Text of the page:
Pertinent Insights On Offloading For Ulcerations
- Volume 27 - Issue 5 - May 2014
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- 1 comments
The location of an ulcer can make prevention and management particularly challenging. Accordingly, these expert panelists discuss surgery for plantar diabetic foot ulcers, dressings and emerging treatments for pressure ulcers, and key offloading principles.
What kind of surgical procedures do you perform for diabetic ulcers on the plantar foot?
Nicholas Giovinco, DPM, performs a variety of procedures on the plantar foot, his favorite being either a primary closure or a split thickness skin graft. His skin grafting technique involves a negative pressure wound therapy (NPWT) treatment for several days after the procedure to improve the adherence of the graft. He cites a recent study showing the plantar surface to be a consistently viable region of the foot to receive a skin graft.1
For Kazu Suzuki, DPM, CWS, this is a case-by-case decision. He has performed numerous flexor tenotomies for the correction of flexible hammertoes, calling the procedure one of the simple and highly effective procedures for reducing the retrograde pressure on the metatarsal head. For more persistent foot ulcers under the metatarsal heads, Dr. Suzuki may prefer metatarsal head resections or panmetatarsal head resections to shorten the foot leverage and remove the pressure points at the same time.
Although some have advocated tendo-Achilles lengthening (TAL) for recalcitrant forefoot wounds, Dr. Suzuki says that would be his last resort for forefoot ulcers as it may take longer time for recovery than the other procedures mentioned. He has also seen a few cases of TAL overcorrection, which results in recalcitrant heel ulcers. Dr. Suzuki notes these are “extremely tough” ulcers to heal unless one surgically shortens the previously treated Achilles tendon.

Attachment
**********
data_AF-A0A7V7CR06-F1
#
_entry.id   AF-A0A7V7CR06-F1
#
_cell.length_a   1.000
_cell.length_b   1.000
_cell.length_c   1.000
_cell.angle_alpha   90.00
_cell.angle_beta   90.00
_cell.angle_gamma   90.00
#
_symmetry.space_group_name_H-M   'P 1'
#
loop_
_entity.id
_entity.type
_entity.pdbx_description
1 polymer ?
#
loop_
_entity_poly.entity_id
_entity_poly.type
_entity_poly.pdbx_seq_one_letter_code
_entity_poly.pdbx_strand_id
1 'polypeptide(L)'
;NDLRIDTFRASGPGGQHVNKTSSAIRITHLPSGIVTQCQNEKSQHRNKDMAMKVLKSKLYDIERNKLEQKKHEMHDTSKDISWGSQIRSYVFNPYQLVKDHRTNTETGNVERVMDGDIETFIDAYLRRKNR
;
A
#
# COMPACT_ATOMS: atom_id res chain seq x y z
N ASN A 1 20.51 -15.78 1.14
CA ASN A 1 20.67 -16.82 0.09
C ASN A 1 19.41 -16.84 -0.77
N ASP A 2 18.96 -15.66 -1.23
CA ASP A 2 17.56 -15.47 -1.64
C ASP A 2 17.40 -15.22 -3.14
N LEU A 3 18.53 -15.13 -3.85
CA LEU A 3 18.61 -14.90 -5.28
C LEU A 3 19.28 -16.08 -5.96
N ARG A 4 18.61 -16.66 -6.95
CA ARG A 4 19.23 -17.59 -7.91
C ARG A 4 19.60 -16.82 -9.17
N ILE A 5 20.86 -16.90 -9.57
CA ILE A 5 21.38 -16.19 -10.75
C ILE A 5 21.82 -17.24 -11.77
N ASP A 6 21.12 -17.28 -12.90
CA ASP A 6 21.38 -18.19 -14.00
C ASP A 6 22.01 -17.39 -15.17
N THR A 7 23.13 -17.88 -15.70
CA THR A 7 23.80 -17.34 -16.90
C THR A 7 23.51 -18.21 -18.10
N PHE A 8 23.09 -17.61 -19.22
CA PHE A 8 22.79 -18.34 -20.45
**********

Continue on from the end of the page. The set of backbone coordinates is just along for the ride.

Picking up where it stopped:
Desmond Bell, DPM, CWS, notes that it is rare that surgery on his patients is elective or involves what would be considered normal anatomy as most of his cases involve the diabetic foot. The circumstances or the “hand you are dealt” will often determine the extent of the procedure, he suggests. Ideally, Dr. Bell says one should always consider the involved biomechanics but says this is often a secondary or tertiary concern for surgeons in general. Metatarsal head resections, digital and partial ray resections, and Keller procedures (in which a sub-hallux or first metatarsophalangeal ulcer are present) are all procedures he has used throughout his career.
What kind of dressings do you like for pressure ulcers?
For Dr. Bell, the answer depends on the issues beyond pressure. His key concerns when deciding on a dressing are the presence of infection, perfusion or lack thereof, patient tolerance and adherence to offloading. He has used NPWT for many pressure ulcers, regardless of the surface of the foot (including the heel). One must consider the ambulatory status of the patient and select the most appropriate way to offload, according to Dr. Bell.
“In all honesty, the dressing is the last consideration. There are many excellent dressings available. Most are useless if sound wound healing principles are not employed,” adds Dr. Bell.
Dr. Suzuki quotes a wound care motto: “It is not what you put on (meaning dressings) but it is about what you take off (meaning pressure).” He thinks any sterile non-adherent dressings would be appropriate for pressure ulcers, given that the pressure is adequately controlled and eliminated. Dr. Suzuki personally likes antimicrobial non-adherent dressings, such as Cutimed Sorbact (BSN Medical), and chooses a secondary dressing to match the drainage amount.